by Heather J. Roembke / Published December 2015
The problems with mold have become so significant that September was declared National Indoor Mold Awareness Month by the U.S. Environmental Protection Agency (EPA). There are approximately 1,000 species of mold that can be found in the United States, with more than 100,000 known species worldwide. As long as moisture and oxygen are present, mold can grow indoors or outdoors on virtually any organic substance, including wood, paper, carpet, insulation, and food. Left untreated, mold gradually destroys the material on which it is growing. More importantly, mold releases chemicals that can cause strong allergic reactions in humans—making them feel sick—sometimes dangerously so.
Warm and humid weather provide excellent conditions for mold to grow if a builder has constructed a house or condominium without taking appropriate steps to prevent rain from getting inside the house or condominium. The major causes of mold problems in Florida include, but are not limited to, high humidity, leaky roofs, plumbing leaks, internal air-conditioning leaks, and ground water wicking up through concrete floors. As we enter the fall, it is important to ensure your home can stand up to moisture intrusion that can lead to mold problems.
Moisture control is key—mold cannot grow without it. To assist in controlling moisture, try to keep the humidity in your home under control. The ideal humidity for a home should measure between 30 and 60 percent. Additionally, you can control moisture by using an air conditioner and/or dehumidifier in damp spaces during humid months and utilize exhaust fans in the bathroom and kitchen.
Another situation homeowners often face are leaks in the home (ceiling, roof, plumbing, etc.) The first sign of mold, due to leaks, may be musty odors in the vicinity of the leak. Do not sniff for mold or touch mold. According to the EPA, the only way to prevent mold growth is to find and correct water damage and leaks. Clean and dry any damp or wet building materials and furnishings within 24–48 hours. Additionally, check for leaky roofs, foundations, faucets and pipes, ensuring these areas are not accumulating extra moisture.
A question often asked by homeowners is, will mold make me sick? According to The Journal of the American Medical Association (JAMA) and the Centers for Disease Control and Prevention (CDC), mold growth in water-damaged homes and office buildings can create a potential health hazard for individuals sensitive to mold. While most molds pose no threat to humans, the CDC warns that certain molds can produce hay fever-like allergic symptoms (such as eye irritation, skin rash, and nasal congestion). The presence of mold can also exacerbate existing conditions, such as asthma. However, not all molds cause these reactions and not all people are allergic to molds.
If you believe you are ill because of exposure to mold, you should first consult your health care provider to determine the appropriate action to take to protect your health. Your next step should be to consult with a construction professional to determine the source of the water. If your home is less than 10 years old, you may also want to consider consulting with an attorney with experience handling construction defects to determine if the builder is responsible for correcting the source of water in your home.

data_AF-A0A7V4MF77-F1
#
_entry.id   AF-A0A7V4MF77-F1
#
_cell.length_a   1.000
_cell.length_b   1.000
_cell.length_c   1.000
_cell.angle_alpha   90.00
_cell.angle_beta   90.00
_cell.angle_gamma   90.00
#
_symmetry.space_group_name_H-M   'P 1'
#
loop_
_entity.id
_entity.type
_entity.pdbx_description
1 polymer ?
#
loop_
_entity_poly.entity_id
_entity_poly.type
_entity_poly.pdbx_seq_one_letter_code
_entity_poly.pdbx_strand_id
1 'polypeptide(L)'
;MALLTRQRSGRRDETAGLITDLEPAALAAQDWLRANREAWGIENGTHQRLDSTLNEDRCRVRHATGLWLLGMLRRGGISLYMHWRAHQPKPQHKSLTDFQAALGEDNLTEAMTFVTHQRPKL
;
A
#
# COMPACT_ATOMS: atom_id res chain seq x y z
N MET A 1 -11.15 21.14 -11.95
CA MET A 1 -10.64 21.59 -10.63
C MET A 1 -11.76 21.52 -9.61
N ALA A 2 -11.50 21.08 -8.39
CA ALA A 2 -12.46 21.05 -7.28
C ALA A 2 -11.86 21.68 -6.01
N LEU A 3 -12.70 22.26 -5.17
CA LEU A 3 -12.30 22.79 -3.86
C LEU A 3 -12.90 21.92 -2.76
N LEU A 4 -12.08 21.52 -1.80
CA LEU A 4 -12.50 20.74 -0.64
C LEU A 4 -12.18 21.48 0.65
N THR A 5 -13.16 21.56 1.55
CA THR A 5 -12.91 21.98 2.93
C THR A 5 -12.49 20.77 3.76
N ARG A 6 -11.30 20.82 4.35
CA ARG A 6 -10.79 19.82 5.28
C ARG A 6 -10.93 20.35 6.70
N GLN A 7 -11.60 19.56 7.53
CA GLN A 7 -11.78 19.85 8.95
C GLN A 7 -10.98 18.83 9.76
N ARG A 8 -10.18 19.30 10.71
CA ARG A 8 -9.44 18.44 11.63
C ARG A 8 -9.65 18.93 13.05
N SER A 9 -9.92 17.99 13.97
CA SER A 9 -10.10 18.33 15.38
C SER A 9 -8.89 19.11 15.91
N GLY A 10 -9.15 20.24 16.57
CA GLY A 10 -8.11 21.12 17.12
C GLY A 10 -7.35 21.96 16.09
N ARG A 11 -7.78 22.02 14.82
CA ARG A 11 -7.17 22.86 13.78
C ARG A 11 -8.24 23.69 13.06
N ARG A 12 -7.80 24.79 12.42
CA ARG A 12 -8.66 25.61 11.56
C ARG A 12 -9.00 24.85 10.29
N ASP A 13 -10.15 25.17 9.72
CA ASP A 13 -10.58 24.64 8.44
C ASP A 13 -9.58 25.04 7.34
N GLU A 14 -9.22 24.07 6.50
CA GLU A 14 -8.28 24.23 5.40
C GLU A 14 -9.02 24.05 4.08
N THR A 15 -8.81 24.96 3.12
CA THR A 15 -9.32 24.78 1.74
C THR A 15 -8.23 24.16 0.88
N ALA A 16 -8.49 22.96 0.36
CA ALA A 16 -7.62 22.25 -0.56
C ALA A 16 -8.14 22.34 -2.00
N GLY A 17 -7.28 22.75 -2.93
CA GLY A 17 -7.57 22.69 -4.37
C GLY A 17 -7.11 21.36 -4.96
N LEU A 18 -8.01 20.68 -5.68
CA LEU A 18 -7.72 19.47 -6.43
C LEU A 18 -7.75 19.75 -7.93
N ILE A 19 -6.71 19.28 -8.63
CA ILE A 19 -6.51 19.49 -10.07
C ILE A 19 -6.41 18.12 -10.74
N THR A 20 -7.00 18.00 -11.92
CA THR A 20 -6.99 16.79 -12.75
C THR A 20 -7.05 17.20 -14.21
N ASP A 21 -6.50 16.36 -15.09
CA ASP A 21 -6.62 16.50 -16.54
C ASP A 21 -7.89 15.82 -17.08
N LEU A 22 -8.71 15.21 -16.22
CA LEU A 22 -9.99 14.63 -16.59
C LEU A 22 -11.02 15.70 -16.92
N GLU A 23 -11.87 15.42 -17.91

Interesting facts about mold:
What should you do if you suspect mold is a problem in your home? If mold is a problem in your home, the mold must be cleaned up and the source of the water isolated and repaired. Likely, this will require consultation with an experienced construction professional.
You can wash mold off hard surfaces with bleach and water. However, mold on soft surfaces, such as wallboard, curtains, furniture cushions, clothing, and carpeting must be professionally treated or, in many cases, must be removed and destroyed. You should contact a certified mold inspector if you suspect mold. Remediation professionals are specifically trained to isolate and treat mold-affected areas in ways that avoid contaminating the entire living space.
For more information on how to clean up residential mold problems and how to prevent mold growth, download the Environmental Protection Agency’s free publication, A Brief Guide to Mold, Moisture, and Your Home at www.epa.gov/mold/pdfs/moldguide.pdf. You can get more information on mold by accessing the Centers for Disease Control at www.cdc.gov. Also, the Florida Department of Health Indoor Air Program helps with mold issues by providing technical assistance and advice to the public, county health departments, school districts, and others and distributing current information and other resources on mold and moisture control. The Florida Department of Health does not provide mold testing services.
Disclaimer: This article is for informational purposes only. It is not intended to diagnose, treat, cure, or prevent any mold-related disease or take the place of medical advice and treatment from your personal physician, nor is it intended to serve as legal counsel.
Heather J. Roembke
Angius & Terry
Heather J. Roembke is an attorney in the Sarasota, Florida office of Angius & Terry LLP. Her primary focus is representing community associations and homeowners in construction defect litigation. Roembke obtained her Bachelor of Science and Master’s Degree from East Carolina University. She attended law school at Barry University School of Law in Orlando where she served on the nationally-ranked trial team and interned under the Honorable Anthony Johnson. Roembke is admitted to practice in all Florida State Courts and has been a member of the Florida Bar since 2007. For more information, e-mail firstname.lastname@example.org or visit www.angius-terry.com